General tips for finding and applying for a graduate job in China

With the development of China’s education system, over six million graduates enter the Chinese labour market each year. Competition is high and possessing practical experience and language skills will give you a head-start in finding a job.

Cover letters (求职信)

In general, a cover letter is not customary in China. However, some organisations may require one. Cover letters should:

  • be around 200 words
  • explain your motivation
  • explain your specific qualification – give its content and any selling points 
  • emphasise your outstanding achievements
  • mention the added value you may bring to the organisation you are applying to
Templates and examples:

CV/resume (简历)

A CV/resume is an overview of a job seeker’s experience, qualifications, significant achievements and personal information. It is generally advised that your CV does not exceed two pages.

A CV should include:

  • Personal information (name, date and place of birth, contact details). 
  • Academic background (university, course name, degree obtained and dates of attendance, content of key qualifications).
  • Previous work experience (job title, description of job function and daily activities, dates of employment).
  • Critical skills that you have (eg mastery of software and languages).
  • Specify the kinds of positions you are looking for and state your career objective.
Templates and examples:

Generally, interviews can be classified by three types, each inspecting the interviewee from a different angle:

Behavioral Based Interview (BBI)

The principle of BBI is asking candidates to describe one of his/her previous working or life experience so that recruiters can learn and conjecture whether this person will be suitable for the job or not.

(See more at:BBI; Tips: HR.COM)

Case interviews

A case interview involves giving a current dilemma faced by the company or a fictitious case to the interviewee. Usually, the interviewer wants to understand your mindset and your approach towards solving a problem rather than getting the correct answer from you.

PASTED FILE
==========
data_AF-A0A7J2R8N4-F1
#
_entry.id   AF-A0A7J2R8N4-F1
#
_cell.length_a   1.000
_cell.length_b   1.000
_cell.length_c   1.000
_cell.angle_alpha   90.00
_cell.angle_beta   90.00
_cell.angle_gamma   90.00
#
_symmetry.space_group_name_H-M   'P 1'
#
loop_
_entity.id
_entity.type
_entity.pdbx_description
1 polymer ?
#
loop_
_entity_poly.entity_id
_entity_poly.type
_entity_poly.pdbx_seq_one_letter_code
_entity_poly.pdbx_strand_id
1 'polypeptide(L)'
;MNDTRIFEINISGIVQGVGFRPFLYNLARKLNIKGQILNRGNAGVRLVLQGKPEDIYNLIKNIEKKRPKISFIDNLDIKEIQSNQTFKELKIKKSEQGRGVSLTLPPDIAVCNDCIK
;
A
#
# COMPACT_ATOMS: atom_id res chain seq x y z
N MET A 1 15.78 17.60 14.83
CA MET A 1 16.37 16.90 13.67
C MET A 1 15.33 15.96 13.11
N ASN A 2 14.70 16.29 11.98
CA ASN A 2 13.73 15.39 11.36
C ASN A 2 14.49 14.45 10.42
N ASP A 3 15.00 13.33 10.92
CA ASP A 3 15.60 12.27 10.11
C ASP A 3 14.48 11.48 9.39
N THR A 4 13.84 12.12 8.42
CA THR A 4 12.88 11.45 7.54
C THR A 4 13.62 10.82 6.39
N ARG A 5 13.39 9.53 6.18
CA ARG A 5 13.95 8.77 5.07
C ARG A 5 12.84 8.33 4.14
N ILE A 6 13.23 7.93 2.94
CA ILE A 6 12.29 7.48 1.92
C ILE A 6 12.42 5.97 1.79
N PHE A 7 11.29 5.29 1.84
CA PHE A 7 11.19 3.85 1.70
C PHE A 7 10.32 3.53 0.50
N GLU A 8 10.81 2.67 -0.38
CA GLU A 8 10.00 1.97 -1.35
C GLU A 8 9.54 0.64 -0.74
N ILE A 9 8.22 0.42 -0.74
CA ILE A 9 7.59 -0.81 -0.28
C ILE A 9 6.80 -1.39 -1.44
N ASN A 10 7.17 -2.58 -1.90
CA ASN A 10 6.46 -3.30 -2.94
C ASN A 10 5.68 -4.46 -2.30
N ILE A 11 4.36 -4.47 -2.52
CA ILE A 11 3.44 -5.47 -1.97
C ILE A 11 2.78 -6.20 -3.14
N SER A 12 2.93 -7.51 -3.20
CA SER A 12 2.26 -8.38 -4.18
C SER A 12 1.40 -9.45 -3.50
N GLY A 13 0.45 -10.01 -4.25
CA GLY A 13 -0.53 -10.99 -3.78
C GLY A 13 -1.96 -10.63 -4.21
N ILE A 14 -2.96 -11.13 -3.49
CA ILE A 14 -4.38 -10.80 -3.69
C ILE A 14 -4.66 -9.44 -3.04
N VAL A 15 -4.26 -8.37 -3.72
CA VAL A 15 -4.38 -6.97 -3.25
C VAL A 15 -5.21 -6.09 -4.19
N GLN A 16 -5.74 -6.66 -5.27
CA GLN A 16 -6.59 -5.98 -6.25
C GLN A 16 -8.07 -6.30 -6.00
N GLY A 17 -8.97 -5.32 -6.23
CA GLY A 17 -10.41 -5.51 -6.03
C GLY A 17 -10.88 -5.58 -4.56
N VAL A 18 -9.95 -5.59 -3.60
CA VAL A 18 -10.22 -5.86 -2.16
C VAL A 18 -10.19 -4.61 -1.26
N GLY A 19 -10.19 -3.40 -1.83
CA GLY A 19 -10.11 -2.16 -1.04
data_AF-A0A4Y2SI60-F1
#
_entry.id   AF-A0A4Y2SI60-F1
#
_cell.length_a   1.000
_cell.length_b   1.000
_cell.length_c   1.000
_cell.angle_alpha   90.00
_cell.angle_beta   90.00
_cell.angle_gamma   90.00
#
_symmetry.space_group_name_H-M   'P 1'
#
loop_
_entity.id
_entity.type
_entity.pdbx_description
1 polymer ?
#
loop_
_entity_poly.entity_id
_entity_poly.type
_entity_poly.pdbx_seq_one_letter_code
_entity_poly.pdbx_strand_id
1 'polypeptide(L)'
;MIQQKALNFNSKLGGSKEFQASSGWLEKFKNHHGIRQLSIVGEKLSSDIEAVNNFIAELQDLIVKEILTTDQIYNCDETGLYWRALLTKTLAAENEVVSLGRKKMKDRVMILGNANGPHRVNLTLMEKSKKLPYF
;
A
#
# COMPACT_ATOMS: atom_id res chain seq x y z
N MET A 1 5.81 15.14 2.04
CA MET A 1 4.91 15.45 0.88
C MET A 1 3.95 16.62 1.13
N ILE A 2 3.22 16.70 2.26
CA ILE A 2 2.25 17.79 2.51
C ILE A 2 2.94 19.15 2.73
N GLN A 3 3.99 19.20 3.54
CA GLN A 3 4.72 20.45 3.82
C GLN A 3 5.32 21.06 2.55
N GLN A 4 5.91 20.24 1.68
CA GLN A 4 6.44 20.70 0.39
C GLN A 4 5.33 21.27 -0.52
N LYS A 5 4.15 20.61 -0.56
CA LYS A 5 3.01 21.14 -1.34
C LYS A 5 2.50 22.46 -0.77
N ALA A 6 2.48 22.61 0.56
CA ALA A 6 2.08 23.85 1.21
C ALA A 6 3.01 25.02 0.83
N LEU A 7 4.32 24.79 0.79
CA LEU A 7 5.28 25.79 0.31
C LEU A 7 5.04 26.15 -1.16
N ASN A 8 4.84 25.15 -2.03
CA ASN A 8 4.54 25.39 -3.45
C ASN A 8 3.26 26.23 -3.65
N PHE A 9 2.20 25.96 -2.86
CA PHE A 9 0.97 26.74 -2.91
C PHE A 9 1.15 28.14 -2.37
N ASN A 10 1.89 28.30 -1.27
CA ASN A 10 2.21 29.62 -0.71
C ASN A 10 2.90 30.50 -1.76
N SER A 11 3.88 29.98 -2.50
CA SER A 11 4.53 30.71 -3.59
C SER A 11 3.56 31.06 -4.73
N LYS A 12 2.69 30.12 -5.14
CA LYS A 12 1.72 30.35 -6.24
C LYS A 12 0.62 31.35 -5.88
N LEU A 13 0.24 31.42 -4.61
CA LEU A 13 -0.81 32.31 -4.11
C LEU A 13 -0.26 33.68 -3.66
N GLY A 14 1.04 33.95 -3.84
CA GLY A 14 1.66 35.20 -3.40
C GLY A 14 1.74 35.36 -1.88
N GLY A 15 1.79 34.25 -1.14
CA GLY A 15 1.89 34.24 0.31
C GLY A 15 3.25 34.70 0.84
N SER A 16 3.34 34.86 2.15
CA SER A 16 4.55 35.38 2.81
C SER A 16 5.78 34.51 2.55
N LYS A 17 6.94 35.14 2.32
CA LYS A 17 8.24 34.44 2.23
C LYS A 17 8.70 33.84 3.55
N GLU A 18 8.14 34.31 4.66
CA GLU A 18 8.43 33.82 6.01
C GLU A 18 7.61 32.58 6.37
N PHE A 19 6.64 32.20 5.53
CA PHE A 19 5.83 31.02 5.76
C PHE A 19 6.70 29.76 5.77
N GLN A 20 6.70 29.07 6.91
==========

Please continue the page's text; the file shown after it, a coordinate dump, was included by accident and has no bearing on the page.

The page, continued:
Further information about case interviews and helpful tips:

Stress interviews

Stress interviews are rare. These are where the interviewer will deliberately make you feel stressed by continuously asking poignant questions. These are designed for people who need to work in stressful surroundings, especially senior managers.

Further information about stress interviews and helpful tips: Sina, Abang,

Online resources: general interview tips
Finding vacancies
Online recruitment
  • Search company websites directly and third-party jobsites or job-boards.
  • Beware of online ′cheaters′ masquerading as job-sites. For tips on how to avoid being cheated see the website.
Key job-sites

In China, social networks often play a major and crucial role in landing jobs.

Asking relatives and friends about job hunting and job vacancies may lead to unexpected opportunities.

Make contact with teachers or professors who have taught you in the past, they may be able to offer useful contacts.

Graduates from a similar background to you may represent a potential network. Social networking websites such as Linked-in enable you to link with a range of UK Chinese alumni groups, and overseas graduate groups such as the British Council’s China Alumni UK network. It is essential to include social media in your strategy for finding a job.

In China, each province or major city will often offer associations for overseas graduates, eg The Pudong Association of Returned Overseas Scholars. These can be a good support organisation for building your professional network.  

Chinese graduates from your own university are also a potential network. Your university alumni association will be able to tell you more.

See also: How to make full use of your social networking


Newspapers are a less popualr source of jobs than the internet, but can still be worth considering.

Vacancies advertised in newspapers generally require less experience, but are also lower pay.

Careers fairs

Every year, companies attend career fairs on campus at Chinese universities. Information about these fairs can be easily found on university websites. There are also large amounts of opportunities off campus. Every province or key city in China will hold recruitment fairs annually. You can find schedules of these through: (中国招聘会). 


Self-employment is an encouraged approach in China. The central people’s government has introduced several policies to encourage enterprise and self-employement. Local governments also have relevant policies to make it easier for graduates who want to start their own companies. (POLICIES)

Links: Self-employment; China Science Technology Business Plan Competition